Cronkite News

Arizona’s 13 JTEDs offer vocational alternative to traditional high schools

  • Slug: Arizona JTEDs,600
  • Sidebar: List of JTEDs.
  • Photos available (thumbnails, captions below)

By ALICIA CANALES
Cronkite News

GLENDALE – Matthew Capota glanced over at his group as three teenagers picked up pieces of an airplane engine on a table and turned them over in their hands. Capota, a senior at Liberty High School, and fellow students make sure the engine would work properly and safely.

“David, inspect it for cracks, corrosion or anything unairworthy,” Capota said.

Capota is one of 33 students in the aviation program at Western Maricopa Education Center (West-MEC), one of the 13 joint technical education districts in Arizona.

These school districts offer Career and Technical Education (CTE) courses, which will help provide workers for jobs that are projected to grow by 2020, according to a study by the Morrison Institute for Public Policy at Arizona State University. Construction jobs, for example, are expected to increase by 30 percent.

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Kingman ‘downwinders’ seek recognition from U.S. decades after atomic tests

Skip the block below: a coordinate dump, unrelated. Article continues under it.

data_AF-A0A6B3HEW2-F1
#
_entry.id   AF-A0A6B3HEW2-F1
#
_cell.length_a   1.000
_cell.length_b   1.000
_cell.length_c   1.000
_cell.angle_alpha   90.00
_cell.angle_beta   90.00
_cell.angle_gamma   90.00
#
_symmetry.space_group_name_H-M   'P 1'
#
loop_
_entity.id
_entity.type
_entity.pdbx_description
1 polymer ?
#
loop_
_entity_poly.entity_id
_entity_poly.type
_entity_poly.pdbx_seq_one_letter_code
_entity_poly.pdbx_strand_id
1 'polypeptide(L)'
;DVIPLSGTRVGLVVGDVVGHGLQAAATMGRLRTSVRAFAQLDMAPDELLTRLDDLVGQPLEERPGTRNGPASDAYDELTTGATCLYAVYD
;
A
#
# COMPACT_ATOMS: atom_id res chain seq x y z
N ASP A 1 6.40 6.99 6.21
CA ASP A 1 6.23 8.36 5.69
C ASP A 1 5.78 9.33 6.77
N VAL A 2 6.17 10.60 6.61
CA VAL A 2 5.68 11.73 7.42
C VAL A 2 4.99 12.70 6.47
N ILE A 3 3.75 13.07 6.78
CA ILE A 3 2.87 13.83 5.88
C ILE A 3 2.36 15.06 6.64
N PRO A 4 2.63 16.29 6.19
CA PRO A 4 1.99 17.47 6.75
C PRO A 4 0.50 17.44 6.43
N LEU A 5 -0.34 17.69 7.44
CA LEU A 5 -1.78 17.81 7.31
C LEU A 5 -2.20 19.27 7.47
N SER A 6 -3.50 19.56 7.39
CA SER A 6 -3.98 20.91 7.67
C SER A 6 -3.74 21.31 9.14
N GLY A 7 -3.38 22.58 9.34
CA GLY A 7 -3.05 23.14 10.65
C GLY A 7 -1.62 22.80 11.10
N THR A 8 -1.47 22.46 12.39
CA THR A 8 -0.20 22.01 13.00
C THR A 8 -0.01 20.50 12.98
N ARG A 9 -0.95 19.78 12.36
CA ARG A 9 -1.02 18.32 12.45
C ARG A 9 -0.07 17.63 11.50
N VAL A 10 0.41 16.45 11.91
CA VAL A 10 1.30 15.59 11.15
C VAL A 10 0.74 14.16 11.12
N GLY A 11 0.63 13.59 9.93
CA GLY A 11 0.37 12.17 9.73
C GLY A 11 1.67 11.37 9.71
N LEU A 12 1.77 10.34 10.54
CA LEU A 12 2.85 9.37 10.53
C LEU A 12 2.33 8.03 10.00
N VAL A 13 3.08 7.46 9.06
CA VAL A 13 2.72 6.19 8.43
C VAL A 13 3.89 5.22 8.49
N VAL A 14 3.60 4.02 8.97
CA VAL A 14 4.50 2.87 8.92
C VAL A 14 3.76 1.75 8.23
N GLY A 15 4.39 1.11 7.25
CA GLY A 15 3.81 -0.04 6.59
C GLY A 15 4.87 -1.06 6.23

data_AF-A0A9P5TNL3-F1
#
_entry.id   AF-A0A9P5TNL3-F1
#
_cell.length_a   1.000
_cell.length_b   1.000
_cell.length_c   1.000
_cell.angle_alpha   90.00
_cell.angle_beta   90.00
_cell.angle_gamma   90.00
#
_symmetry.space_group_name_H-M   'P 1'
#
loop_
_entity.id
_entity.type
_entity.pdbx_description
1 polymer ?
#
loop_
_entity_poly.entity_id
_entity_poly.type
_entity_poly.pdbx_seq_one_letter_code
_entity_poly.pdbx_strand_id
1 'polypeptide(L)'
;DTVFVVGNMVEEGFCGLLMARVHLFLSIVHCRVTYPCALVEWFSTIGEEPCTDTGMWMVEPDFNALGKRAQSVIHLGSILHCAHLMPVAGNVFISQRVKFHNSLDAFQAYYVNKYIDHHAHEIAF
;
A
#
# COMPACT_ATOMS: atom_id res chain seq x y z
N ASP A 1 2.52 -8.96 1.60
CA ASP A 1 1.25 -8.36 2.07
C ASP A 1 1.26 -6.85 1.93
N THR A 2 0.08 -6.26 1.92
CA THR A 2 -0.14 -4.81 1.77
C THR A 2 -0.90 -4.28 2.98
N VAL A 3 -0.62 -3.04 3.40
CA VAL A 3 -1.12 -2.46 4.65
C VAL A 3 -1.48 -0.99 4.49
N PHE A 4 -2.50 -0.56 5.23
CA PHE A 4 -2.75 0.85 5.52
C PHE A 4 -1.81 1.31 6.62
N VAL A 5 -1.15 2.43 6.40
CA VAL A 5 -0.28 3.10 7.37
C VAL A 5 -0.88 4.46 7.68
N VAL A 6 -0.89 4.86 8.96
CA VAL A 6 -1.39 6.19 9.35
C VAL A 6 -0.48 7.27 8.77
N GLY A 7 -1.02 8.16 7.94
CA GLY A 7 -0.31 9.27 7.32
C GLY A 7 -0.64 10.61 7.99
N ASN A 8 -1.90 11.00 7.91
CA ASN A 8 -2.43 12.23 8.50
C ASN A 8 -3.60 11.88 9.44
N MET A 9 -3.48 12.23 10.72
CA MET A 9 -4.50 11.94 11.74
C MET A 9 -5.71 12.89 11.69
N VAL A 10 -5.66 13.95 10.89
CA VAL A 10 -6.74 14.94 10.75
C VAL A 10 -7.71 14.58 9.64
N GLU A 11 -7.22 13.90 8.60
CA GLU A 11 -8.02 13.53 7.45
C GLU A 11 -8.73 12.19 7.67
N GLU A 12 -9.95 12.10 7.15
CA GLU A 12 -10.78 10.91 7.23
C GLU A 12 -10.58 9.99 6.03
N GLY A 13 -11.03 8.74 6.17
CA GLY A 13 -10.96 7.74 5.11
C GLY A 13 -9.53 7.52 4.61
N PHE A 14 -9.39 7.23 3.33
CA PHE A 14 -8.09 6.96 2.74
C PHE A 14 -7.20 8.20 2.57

By JESSICA BOEHM
Cronkite News

KINGMAN – Danielle Stephens grew up on a cattle ranch here in the 1950s. She rode horses, spent her days in the sun and, like many people in the area, delighted in watching mushroom clouds spring up beyond the mountains.

It was the middle of the Cold War, and about 150 miles north of Stephens’ ranch the federal government was engaged in a nuclear testing program. In Las Vegas and the tiny towns of northern Arizona, people were beguiled by the atomic explosions that lit up the sky.

The Soviet Union had recently developed its first atomic weapon, and in response the United States ramped up its testing. Over 12 years, the U.S. performed 100 atmospheric tests at the Nevada Test Site.

“I can remember that it was a big deal, kind of a carnival atmosphere,” said Danielle’s brother, Dan Bishop. “We got to see the dust clouds and on occasion we felt the wind. There was a lot of talk.”

Today, Stephens and Bishop contend that radiation from the tests was the cause of cancer in dozens of their relatives and friends. At last count, 33 of their family members had died of cancer.

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Cronkite News Digest for Friday, Dec. 12